We’ve officially rung in a new year, and with it comes new ideas, new goals, and big plans. If you’re working on yourself this year, the motivation and decision-making comes down to one stakeholder: you. But what about setting goals for your organization? Getting buy-in on those decisions is a bit more complex.
That’s where David Meade, a seasoned broadcaster, researcher, and the master of ceremonies at Relativity Fest 2023, comes in. He closed the conference for us last year with a captivating session that had nothing—and everything—to do with e-discovery.
David, who has dedicated his career to understanding what makes humans tick and how it affects the way they think, feel, and act, dazzled the Fest crowd with some psychological tricks for making decisions, getting buy-in, and helping your organization navigate the world of change.
Change: The Business Slowdown
A mainstay of David’s talk was how change can impact an organization, for better or for worse. It’s a deeply relatable subject in our arena given the constant evolution rolling through the industry, from AI to new data sources to developing regulations.
And in times of change, David explained, there’s one aspect of business that tends to slow down first: decision-making.
“We hope someone else will make the big decisions. That’s what leads to the ‘CC mentality,’” David explained, referring to the idea of copying your entire team on an email that contains even the smallest of decisions.
“Nine months from now if [that decision] bites them in the butt, they can say, ‘I CCed you at the time and you didn’t get back to me with any issues so … I think we’re both fired,” he joked.
Kidding aside, this type of mentality can slow down your organization and negatively impact processes and innovation. Rather than letting change sweep over us, our job as individuals in an organization is to drive change. Or even inspire it.
Motivating Change through Psychology
The question is: how do you inspire change and get the people around you to buy in to it? For that, David Meade shared a few tricks—tricks that are backed by the science of psychology.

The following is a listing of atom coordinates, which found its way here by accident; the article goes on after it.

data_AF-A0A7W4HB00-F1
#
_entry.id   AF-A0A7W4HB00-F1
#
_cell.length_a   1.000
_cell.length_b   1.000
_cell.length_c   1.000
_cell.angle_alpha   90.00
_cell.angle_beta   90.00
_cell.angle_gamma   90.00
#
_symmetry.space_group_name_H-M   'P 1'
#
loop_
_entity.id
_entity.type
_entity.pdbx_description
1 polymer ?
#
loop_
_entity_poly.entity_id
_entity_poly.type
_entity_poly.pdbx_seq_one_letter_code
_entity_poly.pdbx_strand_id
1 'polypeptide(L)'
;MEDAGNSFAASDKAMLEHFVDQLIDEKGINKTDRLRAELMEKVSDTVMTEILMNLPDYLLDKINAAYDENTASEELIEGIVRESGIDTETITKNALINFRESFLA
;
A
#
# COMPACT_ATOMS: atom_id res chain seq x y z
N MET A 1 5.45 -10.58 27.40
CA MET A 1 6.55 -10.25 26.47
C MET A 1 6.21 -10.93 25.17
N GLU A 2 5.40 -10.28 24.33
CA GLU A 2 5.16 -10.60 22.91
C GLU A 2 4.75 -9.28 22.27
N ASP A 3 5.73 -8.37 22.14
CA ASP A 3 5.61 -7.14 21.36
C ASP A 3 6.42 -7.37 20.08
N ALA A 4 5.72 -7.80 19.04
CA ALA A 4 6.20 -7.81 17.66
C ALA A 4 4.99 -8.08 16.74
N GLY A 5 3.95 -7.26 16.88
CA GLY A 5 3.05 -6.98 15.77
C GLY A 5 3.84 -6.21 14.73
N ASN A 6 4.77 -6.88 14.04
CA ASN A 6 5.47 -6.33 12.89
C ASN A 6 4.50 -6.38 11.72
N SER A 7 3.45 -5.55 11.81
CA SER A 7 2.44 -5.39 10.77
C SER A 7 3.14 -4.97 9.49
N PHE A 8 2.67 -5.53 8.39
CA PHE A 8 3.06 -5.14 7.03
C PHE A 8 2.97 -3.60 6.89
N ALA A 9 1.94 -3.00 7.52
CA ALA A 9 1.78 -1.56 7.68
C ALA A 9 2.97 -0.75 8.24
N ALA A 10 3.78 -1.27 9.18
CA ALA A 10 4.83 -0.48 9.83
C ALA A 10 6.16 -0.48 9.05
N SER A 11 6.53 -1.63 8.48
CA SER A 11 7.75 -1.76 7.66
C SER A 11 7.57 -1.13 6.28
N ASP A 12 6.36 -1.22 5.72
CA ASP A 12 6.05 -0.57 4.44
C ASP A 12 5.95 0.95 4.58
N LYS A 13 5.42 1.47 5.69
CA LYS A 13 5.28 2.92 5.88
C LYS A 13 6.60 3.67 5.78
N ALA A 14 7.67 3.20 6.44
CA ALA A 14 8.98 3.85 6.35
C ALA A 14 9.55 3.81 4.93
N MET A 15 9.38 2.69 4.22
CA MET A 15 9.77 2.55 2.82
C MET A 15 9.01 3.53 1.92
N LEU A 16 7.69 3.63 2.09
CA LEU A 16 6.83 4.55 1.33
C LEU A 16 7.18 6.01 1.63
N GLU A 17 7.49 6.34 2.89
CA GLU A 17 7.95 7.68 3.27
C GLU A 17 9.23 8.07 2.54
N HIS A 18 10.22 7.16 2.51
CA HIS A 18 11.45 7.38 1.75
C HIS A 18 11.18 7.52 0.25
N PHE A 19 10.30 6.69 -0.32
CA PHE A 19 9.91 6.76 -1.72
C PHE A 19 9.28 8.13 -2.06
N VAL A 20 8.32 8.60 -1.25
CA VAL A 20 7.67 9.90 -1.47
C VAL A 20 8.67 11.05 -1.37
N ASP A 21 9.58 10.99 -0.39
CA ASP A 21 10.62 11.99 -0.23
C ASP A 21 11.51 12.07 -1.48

Door #1, 2, or 3?
Imagine you’d like to implement a new solution at work. You’ve come up with a few ideas, but there’s one that you specifically want stakeholders to say “yes” to. When do you present your preferred solution—first, second, or third?
David revealed that an idea placed as option number three is 300 percent more likely to get a positive response. There are a few psychological phenomena at play here for most individuals and their perception of ordered options.
Option 1 is usually a disappointment that will never align with preconceived expectations of what the stakeholder had hoped. Option 2 is often a point of education—an opportunity for stakeholders to get a sense of the scope and scale of the solutions you’re offering. “But they tell themselves they’d be bad decision makers if they made a decision so early,” David said.
That leaves Option 3—and any choices beyond that are TMI.
“We as human beings can only hold three pieces of information in our mind at one time. The minute a fourth one is introduced, it’s too much information.”
Bad News First or Second?
Next, let’s say there’s an element of the ask that your organization may not be on board with, perhaps something that’s too big or too strategic. Do you put that weakness early in the conversation or close with it?
You can increase the likelihood of stakeholder support by 270 percent by starting with the weakness, says David. By placing tough stuff early, you come across honest, reliable, and transparent, and you can achieve trust more quickly.
“Whether it’s a client, colleague, or prospect, always lead with the tough stuff early to skyrocket your results.”
Start Small or Go Big?
Say you have a few ideas you want to get buy-in on—some small, some large. Is it more persuasive to ask for big things first, or start small and save the big stuff for last?
The strategy here depends on the circumstances. If you’re trying to motivate someone junior to you, start small and help them feel like a partner in the change you’re introducing.
Conversely, when dealing with someone senior to you—or a client or prospect—David says to start big first, but be ready to present a small, milestone-based plan to help secure buy-in.
Praise the Benefits or Mourn the Losses?
For this last scenario, pretend you need someone to do something. Do you try to appeal for their help by highlighting the benefits, or do you harp on the risks of not doing it?
According to David, highlighting the losses is a whopping 700 percent more likely to receive support.
“The fact is we as human beings love bad news. It’s delicious to us. It’s sticky adhesive,” he said.
But, there’s a catch. David acknowledged that harping on the losses can negatively impact the relationship between you and your stakeholder. Instead, be strategic: position the unique benefits of the change as benefits lost to increase your likelihood of support by 500 percent.
The Key to Change Is a Growth Mindset
To close his talk, David emphasized the power of the growth mindset—the idea that our abilities can be developed through dedication and hard work. He reminded the audience that personal expectations shape outcomes and urged everyone to set bigger and wider ambitions for greater success.
“As human beings, we live up to and down to our expectations of ourselves. If you convince yourself, [you can’t do something], all that does is shrink your expectations and your ambitions. As a result, it shrinks your effort and your results,” he said.
Whether you’re trying to make a big change or a small one, David’s psychological insights can help. Just remember, as David Meade wisely put it: "Our job is to set bigger and wider ambitions.”